Post by Hella Layot »

We spend our days fretting about the future, but ultimately, no one knows when their time will come. With that in mind, we're all in this journey of life together. It's a truly remarkable book!
Holland Addison
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Re: Did you understand every sentence in the book, "In It Together"? If not, what part did you first not understand?

Post by Holland Addison »

With articulate prose and astute observations, this book serves as an excellent roadmap for those contemplating a journey into the book's world
Wemby Jordan
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Re: Did you understand every sentence in the book, "In It Together"? If not, what part did you first not understand?

Post by Wemby Jordan »

Yes, I understood every sentence in the book. It was easy to learn and the vocabularies were friendly and mild. Congrats on a great job writing it.
Christabel nmeso
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Re: Did you understand every sentence in the book, "In It Together"? If not, what part did you first not understand?

Post by Christabel nmeso »

I'd say I breezed through the book without hitting any snags. It all clicked for me from start to finish. How about you? Did it all make sense, or was there a spot that had you stumped?
Kelvin Suraj
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Re: Did you understand every sentence in the book, "In It Together"? If not, what part did you first not understand?

Post by Kelvin Suraj »

Well I must say the book was good. This is the first book I've read by Scott. The book was kept simple and easy to understand just that the title was weird not until I read the book.
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Re: Did you understand every sentence in the book, "In It Together"? If not, what part did you first not understand?

Post by Priyankan Nayak »

Hey Scott
Though I have no philosophical background, I am trying my best to understand every sentence that you have written in the book. I wasn't able to understand this paragraph on page 12-

"Rather, the political philosophy of political freedom, nonviolence, and self-government acts as an analogue for a much broader and grander spiritual philosophy of spiritual freedom. For instance, the political freedom that is self-government acts as an analogue of the much broader spiritual freedom that is self-discipline, comparable to the way self-employment—being your own boss—can act as an analogue of both self-government and self-discipline. In this context, self-discipline is just another term for spiritual freedom. In this book, self-discipline and spiritual freedom are synonymous terms; they mean the exact same thing."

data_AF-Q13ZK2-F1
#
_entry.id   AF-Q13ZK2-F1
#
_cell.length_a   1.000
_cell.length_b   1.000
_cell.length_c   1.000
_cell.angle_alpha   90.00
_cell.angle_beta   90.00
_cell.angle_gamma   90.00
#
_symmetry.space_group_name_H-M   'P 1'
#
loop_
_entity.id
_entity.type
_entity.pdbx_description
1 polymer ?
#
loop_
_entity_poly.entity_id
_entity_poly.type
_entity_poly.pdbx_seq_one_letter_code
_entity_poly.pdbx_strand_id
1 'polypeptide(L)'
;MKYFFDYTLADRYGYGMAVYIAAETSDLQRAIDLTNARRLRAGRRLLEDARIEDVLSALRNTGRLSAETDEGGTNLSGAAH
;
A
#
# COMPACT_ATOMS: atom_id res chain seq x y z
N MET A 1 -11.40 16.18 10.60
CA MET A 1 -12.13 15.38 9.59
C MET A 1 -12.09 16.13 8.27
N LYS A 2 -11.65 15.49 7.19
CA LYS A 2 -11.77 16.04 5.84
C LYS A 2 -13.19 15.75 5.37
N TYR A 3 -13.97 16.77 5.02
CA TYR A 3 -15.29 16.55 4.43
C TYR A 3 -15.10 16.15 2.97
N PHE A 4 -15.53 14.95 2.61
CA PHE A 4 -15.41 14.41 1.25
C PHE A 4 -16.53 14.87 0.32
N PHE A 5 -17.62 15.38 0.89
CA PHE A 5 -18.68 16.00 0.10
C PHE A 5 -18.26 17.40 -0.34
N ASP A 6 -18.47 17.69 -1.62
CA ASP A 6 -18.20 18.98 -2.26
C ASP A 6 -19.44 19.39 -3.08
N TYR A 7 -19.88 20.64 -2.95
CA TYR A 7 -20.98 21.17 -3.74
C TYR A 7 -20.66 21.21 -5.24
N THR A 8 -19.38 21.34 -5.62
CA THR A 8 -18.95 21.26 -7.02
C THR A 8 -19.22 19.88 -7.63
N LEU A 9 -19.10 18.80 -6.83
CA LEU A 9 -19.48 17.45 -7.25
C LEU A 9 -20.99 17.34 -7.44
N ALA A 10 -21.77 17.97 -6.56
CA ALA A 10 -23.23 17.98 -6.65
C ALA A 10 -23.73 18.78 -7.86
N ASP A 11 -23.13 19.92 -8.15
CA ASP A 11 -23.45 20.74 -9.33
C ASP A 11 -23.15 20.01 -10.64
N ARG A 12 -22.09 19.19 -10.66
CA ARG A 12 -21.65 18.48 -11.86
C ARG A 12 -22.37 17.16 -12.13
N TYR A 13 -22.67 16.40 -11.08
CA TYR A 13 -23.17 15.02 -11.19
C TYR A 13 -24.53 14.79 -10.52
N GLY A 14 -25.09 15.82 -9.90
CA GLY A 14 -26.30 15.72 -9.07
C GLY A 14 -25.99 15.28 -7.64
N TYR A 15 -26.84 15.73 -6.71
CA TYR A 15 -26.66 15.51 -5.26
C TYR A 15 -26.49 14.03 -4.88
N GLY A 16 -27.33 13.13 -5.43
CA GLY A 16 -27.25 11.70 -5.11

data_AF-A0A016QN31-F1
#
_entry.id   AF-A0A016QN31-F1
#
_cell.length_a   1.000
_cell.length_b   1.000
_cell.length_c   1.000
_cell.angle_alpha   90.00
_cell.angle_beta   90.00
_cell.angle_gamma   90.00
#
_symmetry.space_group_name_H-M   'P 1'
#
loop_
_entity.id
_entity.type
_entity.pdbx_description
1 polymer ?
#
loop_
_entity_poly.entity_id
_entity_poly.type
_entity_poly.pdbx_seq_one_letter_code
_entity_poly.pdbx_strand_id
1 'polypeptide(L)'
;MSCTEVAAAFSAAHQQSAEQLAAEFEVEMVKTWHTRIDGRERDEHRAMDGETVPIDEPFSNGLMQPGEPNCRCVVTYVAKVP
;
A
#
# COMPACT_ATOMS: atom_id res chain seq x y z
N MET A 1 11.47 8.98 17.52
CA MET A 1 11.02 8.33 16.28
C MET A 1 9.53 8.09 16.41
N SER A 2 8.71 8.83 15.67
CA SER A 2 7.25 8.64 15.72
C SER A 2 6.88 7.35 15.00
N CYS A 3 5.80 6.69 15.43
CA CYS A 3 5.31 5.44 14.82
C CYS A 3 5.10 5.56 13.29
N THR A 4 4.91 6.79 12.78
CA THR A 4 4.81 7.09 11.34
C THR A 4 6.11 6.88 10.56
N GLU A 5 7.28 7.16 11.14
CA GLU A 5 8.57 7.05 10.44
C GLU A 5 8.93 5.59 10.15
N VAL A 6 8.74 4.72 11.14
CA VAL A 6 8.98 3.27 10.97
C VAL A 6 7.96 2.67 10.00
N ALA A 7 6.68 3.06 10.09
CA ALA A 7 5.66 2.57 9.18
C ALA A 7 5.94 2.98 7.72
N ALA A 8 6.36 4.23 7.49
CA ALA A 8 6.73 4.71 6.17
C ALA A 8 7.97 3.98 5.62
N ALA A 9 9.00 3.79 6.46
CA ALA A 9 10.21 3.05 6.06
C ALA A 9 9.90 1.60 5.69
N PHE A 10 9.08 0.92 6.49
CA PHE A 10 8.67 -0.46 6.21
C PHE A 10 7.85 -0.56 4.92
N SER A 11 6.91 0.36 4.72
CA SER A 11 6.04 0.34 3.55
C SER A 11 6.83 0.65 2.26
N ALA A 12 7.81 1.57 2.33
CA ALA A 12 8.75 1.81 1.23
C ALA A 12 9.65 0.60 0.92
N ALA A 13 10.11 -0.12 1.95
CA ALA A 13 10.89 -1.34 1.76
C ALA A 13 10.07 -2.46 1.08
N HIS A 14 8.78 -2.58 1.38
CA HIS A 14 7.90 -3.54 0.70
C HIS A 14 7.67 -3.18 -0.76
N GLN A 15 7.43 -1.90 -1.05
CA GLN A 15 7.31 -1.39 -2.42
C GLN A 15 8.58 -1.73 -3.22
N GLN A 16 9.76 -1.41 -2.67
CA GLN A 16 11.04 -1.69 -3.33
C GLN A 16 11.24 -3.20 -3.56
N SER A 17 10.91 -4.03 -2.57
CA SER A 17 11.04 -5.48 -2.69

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Re: Did you understand every sentence in the book, "In It Together"? If not, what part did you first not understand?

Post by Eckhart Aurelius Hughes »

Priyankan Nayak wrote: February 22nd, 2024, 11:16 am Hey Scott
Though I have no philosophical background, I am trying my best to understand every sentence that you have written in the book. I wasn't able to understand this paragraph on page 12-

"Rather, the political philosophy of political freedom, nonviolence, and self-government acts as an analogue for a much broader and grander spiritual philosophy of spiritual freedom. For instance, the political freedom that is self-government acts as an analogue of the much broader spiritual freedom that is self-discipline, comparable to the way self-employment—being your own boss—can act as an analogue of both self-government and self-discipline. In this context, self-discipline is just another term for spiritual freedom. In this book, self-discipline and spiritual freedom are synonymous terms; they mean the exact same thing."
Priyankan Nayak,

Thank you four reply. Please can we take it one sentence at a time?

Let's start with the first one; do you understand that first sentence:

"The political philosophy of political freedom, nonviolence, and self-government acts as an analogue for a much broader and grander spiritual philosophy of spiritual freedom."


?



With love,
Eckhart Aurelius Hughes
a.k.a. Scott
My entire political philosophy summed up in one tweet.

"The mind is a wonderful servant but a terrible master."

I believe spiritual freedom (a.k.a. self-discipline) manifests as bravery, confidence, grace, honesty, love, and inner peace.
Chinazo Anozie
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Joined: October 17th, 2023, 1:44 am

Re: Did you understand every sentence in the book, "In It Together"? If not, what part did you first not understand?

Post by Chinazo Anozie »

I also didn't understand Ram Dass' words quoted at the beginning of the book. However, after your explanation on the Q and A forum and rereading the book, everything is so much clearer.
"Listen to my meaning, not my words."
Thank you for the succinct explanation!